Future of TV Briefing: How programmatic became a bigger part of the TV and streaming ad business in 2023

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This Future of TV Briefing covers the latest in streaming and TV for Digiday+ members and is distributed over email every Wednesday at 10 a.m. ET. More from the series →

This week’s Future of TV Briefing looks at how this year’s upfront and recent announcements from AMC Networks and Paramount indicate the progression of programmatic in the TV and streaming ad market.

  • Get with the programmatic
  • A streaming content cost case study, TikTok’s long-form push and more

Get with the programmatic

This year would seem to have been a fairly momentous one for the programmatic side of the TV and streaming ad market. Programmatic played a bigger part in upfront deals signed this year. AMC Networks officially made its linear TV networks’ live inventory available for sale programmatically. And programmatic supply-side platforms have established more direct lines to streaming ad inventory, as evinced most recently by Paramount’s Conduit ad product.

And yet, according to TV and streaming ad buyers and sellers, this year doesn’t exactly mark a massive step change in the industry’s programmatic evolution.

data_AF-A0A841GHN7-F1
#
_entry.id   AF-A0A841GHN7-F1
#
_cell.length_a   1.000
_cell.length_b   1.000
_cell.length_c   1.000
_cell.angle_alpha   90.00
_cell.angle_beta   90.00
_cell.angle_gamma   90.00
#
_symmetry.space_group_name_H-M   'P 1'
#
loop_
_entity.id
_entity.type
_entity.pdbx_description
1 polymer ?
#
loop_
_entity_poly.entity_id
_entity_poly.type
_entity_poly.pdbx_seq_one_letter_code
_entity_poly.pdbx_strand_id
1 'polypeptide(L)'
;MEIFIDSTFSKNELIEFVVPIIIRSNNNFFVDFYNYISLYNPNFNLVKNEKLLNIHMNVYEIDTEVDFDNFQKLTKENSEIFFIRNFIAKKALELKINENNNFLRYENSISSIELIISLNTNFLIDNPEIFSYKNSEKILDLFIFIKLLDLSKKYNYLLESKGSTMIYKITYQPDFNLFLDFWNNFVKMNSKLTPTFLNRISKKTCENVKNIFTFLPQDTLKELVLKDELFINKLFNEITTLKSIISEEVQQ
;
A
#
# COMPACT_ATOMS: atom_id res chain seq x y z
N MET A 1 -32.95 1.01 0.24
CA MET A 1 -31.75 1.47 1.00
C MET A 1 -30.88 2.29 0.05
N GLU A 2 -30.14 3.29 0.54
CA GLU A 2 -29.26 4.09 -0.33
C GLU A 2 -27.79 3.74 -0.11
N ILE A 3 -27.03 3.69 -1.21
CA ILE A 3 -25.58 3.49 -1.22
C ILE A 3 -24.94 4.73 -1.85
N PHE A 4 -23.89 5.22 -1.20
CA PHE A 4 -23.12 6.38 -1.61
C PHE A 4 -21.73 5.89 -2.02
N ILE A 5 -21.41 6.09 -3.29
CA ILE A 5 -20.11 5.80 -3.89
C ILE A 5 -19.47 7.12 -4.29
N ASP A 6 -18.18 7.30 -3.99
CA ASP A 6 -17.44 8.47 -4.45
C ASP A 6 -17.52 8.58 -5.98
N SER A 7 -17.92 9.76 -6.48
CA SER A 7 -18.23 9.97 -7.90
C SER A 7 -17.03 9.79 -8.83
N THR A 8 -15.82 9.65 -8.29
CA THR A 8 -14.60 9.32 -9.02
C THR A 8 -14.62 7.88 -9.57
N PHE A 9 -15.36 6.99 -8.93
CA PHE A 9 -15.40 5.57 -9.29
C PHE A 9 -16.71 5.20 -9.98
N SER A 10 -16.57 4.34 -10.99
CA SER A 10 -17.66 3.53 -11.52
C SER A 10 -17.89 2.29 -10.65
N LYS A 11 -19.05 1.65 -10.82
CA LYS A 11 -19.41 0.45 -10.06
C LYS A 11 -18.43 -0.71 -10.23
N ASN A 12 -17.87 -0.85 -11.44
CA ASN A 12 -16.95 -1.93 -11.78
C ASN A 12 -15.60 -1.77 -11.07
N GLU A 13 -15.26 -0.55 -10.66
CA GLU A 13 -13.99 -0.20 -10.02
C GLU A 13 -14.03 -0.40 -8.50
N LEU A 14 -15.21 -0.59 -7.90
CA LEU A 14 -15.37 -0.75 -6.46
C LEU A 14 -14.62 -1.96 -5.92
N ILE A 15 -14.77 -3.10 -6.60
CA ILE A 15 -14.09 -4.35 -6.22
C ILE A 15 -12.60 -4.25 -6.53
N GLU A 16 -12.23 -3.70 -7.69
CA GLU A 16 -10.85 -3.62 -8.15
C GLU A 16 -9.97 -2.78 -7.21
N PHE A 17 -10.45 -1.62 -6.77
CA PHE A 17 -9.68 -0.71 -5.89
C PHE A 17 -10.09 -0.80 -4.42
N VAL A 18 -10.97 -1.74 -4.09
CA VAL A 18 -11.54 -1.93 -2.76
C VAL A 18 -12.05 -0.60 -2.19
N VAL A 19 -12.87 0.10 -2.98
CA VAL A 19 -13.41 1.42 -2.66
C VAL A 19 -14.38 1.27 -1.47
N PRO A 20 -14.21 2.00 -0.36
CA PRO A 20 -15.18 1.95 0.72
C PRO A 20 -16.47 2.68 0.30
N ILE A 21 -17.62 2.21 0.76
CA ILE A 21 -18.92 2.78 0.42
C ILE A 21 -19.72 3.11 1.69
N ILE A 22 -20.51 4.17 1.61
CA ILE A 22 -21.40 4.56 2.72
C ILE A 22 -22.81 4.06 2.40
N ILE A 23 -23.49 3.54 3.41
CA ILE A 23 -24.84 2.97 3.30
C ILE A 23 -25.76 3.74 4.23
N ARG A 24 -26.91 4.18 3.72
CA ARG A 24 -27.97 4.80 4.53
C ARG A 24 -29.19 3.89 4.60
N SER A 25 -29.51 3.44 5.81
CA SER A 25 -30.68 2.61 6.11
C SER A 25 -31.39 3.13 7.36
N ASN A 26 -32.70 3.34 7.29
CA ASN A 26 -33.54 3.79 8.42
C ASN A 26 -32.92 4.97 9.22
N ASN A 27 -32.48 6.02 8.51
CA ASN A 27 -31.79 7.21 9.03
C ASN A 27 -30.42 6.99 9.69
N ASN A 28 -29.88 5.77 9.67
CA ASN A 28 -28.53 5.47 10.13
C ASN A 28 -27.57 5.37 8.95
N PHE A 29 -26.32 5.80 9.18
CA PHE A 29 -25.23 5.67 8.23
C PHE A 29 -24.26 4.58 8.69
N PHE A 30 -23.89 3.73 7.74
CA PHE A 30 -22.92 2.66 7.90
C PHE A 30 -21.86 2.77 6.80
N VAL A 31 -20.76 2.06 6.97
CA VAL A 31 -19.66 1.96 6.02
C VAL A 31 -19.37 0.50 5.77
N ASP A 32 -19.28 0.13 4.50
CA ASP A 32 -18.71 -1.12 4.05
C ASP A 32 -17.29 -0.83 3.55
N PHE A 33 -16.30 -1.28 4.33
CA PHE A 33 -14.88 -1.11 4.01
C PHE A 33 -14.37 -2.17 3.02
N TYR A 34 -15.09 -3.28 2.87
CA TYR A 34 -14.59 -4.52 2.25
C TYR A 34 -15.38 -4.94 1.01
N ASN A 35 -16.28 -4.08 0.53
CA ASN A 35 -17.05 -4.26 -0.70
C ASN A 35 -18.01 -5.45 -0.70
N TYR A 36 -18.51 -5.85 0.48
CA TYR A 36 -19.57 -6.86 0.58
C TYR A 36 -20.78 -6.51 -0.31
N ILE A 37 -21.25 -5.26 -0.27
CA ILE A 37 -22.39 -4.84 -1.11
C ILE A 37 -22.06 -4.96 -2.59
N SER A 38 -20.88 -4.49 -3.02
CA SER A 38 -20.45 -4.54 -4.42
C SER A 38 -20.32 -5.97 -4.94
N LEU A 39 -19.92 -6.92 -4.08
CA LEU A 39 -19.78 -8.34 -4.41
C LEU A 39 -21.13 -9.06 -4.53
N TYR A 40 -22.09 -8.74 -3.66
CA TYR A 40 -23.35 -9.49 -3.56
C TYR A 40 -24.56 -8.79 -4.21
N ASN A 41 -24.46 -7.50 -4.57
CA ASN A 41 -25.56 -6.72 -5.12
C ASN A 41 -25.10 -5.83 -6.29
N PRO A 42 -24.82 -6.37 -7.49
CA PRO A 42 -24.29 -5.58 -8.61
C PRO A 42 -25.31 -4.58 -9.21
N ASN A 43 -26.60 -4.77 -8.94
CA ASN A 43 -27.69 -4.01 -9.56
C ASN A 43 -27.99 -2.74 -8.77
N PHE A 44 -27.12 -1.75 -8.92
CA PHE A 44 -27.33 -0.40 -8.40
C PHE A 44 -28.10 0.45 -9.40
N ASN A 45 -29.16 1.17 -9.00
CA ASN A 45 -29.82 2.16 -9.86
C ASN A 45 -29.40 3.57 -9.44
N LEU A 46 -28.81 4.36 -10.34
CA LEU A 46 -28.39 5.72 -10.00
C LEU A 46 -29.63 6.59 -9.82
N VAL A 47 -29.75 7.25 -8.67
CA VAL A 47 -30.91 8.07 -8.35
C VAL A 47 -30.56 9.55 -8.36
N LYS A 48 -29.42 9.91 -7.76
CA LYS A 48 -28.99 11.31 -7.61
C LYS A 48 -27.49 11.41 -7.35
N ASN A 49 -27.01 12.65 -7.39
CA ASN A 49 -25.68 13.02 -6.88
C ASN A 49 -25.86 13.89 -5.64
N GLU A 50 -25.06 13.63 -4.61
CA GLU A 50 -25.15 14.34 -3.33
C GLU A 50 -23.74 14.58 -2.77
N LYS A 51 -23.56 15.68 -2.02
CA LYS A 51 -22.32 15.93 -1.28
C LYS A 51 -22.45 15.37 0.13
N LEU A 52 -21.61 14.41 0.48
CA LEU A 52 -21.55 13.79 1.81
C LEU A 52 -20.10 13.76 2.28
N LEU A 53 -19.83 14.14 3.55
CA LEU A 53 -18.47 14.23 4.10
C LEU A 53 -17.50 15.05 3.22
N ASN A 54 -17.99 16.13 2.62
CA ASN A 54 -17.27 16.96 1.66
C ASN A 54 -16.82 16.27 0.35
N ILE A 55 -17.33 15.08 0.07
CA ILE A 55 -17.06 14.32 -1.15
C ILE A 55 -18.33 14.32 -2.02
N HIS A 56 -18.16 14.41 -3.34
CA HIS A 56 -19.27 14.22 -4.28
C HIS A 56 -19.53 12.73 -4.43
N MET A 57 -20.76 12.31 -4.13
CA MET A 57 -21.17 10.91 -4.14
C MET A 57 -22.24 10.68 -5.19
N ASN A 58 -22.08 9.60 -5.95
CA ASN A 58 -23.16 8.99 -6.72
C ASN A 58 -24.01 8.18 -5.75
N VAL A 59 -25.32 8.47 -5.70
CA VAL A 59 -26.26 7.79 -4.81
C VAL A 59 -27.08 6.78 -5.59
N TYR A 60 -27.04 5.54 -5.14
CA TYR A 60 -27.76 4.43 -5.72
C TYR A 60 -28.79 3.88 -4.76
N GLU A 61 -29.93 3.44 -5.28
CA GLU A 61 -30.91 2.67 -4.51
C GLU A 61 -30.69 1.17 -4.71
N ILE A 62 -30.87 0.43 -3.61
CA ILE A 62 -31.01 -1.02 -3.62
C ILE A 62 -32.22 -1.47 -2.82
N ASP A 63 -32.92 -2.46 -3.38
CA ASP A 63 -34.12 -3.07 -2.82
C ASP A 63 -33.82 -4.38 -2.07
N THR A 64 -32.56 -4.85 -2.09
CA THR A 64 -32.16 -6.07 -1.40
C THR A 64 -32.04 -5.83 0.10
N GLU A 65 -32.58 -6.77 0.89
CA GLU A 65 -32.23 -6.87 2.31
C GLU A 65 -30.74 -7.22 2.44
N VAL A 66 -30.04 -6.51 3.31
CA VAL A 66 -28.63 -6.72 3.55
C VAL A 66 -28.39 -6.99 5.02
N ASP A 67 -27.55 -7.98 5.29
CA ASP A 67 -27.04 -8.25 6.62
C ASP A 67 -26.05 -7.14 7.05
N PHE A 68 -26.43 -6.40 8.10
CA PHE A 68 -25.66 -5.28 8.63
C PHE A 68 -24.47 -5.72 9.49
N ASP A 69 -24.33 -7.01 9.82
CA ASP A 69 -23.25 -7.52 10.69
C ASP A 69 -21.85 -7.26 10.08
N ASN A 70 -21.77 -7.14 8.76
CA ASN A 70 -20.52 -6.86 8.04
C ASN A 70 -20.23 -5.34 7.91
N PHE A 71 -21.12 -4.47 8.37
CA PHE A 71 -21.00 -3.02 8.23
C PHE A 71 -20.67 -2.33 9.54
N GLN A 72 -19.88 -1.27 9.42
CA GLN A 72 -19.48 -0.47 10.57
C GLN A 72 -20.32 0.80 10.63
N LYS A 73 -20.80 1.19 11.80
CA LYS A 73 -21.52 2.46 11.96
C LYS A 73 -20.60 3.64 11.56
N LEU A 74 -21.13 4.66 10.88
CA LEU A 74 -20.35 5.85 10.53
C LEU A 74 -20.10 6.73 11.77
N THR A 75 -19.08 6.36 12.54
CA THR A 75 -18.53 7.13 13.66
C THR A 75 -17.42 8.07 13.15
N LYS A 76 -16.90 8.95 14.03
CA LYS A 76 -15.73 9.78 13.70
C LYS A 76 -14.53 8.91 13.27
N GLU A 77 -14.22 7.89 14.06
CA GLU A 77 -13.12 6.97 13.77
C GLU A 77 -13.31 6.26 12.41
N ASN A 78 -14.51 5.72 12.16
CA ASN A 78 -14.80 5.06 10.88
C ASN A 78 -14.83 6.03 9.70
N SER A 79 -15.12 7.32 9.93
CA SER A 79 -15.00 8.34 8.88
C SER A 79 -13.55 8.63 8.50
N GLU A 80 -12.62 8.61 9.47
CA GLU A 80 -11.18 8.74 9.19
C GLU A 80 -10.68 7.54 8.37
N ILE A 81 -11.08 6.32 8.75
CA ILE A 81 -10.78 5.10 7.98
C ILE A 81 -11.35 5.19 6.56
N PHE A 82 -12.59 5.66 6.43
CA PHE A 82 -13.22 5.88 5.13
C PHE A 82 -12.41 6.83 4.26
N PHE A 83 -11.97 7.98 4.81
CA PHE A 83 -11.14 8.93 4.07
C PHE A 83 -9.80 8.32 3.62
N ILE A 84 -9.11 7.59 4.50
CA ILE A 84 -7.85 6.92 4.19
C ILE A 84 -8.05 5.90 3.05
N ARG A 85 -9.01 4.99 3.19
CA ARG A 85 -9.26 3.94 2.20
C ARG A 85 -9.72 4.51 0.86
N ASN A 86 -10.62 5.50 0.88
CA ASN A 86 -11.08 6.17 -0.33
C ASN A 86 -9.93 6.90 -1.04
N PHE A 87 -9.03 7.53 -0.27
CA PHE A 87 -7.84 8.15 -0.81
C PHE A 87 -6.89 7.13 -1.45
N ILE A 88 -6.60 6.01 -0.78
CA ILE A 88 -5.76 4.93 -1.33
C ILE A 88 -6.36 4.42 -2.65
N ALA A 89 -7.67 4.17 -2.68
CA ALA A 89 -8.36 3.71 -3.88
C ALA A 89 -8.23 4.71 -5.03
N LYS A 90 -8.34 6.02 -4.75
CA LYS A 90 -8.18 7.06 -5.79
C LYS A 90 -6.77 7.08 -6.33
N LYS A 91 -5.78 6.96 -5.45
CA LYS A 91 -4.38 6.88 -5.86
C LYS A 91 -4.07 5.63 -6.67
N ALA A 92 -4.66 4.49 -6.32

“At Paramount, [programmatic is] one of the primary ways we do business, and that has been true for a couple years now,” said Leo O’Connor, svp of advertising at Paramount.

AMC Networks’ evp of commercial sales and revenue operations Evan Adlman concurred. “I don’t know if there’s necessarily a change. I think buyers and sellers are adopting the transaction type more and more, and they’re adopting it at a faster pace than traditional digital did a long while back,” he said.

In other words, this is the natural evolution of an ad marketplace adopting programmatic as a buying method, albeit maybe a bit sped up. “It probably got exacerbated a little bit faster than we thought it was going to just because of where the market’s at right now and because of the overall sheer supply in the market,” said Tyler DeNicola, vp of programmatic revenue and partnerships at A+E Networks.

That is to say, the programmatic TV and streaming ad market did change this year. It may not have been a seismic shift, but it was a notable one that one agency executive summarized succinctly: “Inventory is just more available programmatically.”

AMC Networks’ announcement that three ad spots per hour of programming across AMC, BBC America and We TV is now available for programmatic purchase would seem to be the biggest evidence of this. “If we’re going to make all this inventory programmatic, we have to make linear programmatic as well. And we accomplished that,” said Adlman.